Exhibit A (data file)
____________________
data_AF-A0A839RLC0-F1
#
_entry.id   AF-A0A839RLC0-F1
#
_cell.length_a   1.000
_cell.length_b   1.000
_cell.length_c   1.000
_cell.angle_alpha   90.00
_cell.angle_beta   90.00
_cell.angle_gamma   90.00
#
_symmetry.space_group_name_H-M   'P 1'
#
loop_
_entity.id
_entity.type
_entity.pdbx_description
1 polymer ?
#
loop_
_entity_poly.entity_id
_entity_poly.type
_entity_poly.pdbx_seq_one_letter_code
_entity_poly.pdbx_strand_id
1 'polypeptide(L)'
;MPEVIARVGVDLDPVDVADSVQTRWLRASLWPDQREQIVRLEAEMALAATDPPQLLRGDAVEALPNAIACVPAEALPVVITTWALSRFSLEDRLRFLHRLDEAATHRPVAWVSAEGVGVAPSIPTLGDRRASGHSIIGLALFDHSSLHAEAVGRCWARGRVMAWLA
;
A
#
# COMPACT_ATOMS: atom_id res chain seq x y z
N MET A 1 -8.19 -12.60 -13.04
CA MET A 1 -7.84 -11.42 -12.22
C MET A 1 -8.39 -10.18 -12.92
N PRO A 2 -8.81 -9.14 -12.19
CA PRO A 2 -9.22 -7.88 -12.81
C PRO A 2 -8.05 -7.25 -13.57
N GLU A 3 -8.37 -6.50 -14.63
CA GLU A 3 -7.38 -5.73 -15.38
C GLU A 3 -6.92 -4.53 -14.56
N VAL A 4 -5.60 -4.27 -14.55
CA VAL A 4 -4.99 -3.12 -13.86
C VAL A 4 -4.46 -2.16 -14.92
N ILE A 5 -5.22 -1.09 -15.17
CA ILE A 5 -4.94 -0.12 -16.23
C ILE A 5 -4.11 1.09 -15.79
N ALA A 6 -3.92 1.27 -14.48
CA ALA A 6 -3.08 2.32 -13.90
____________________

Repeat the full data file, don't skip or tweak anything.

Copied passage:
data_AF-A0A839RLC0-F1
#
_entry.id   AF-A0A839RLC0-F1
#
_cell.length_a   1.000
_cell.length_b   1.000
_cell.length_c   1.000
_cell.angle_alpha   90.00
_cell.angle_beta   90.00
_cell.angle_gamma   90.00
#
_symmetry.space_group_name_H-M   'P 1'
#
loop_
_entity.id
_entity.type
_entity.pdbx_description
1 polymer ?
#
loop_
_entity_poly.entity_id
_entity_poly.type
_entity_poly.pdbx_seq_one_letter_code
_entity_poly.pdbx_strand_id
1 'polypeptide(L)'
;MPEVIARVGVDLDPVDVADSVQTRWLRASLWPDQREQIVRLEAEMALAATDPPQLLRGDAVEALPNAIACVPAEALPVVITTWALSRFSLEDRLRFLHRLDEAATHRPVAWVSAEGVGVAPSIPTLGDRRASGHSIIGLALFDHSSLHAEAVGRCWARGRVMAWLA
;
A
#
# COMPACT_ATOMS: atom_id res chain seq x y z
N MET A 1 -8.19 -12.60 -13.04
CA MET A 1 -7.84 -11.42 -12.22
C MET A 1 -8.39 -10.18 -12.92
N PRO A 2 -8.81 -9.14 -12.19
CA PRO A 2 -9.22 -7.88 -12.81
C PRO A 2 -8.05 -7.25 -13.57
N GLU A 3 -8.37 -6.50 -14.63
CA GLU A 3 -7.38 -5.73 -15.38
C GLU A 3 -6.92 -4.53 -14.56
N VAL A 4 -5.60 -4.27 -14.55
CA VAL A 4 -4.99 -3.12 -13.86
C VAL A 4 -4.46 -2.16 -14.92
N ILE A 5 -5.22 -1.09 -15.17
CA ILE A 5 -4.94 -0.12 -16.23
C ILE A 5 -4.11 1.09 -15.79
N ALA A 6 -3.92 1.27 -14.48
CA ALA A 6 -3.08 2.32 -13.90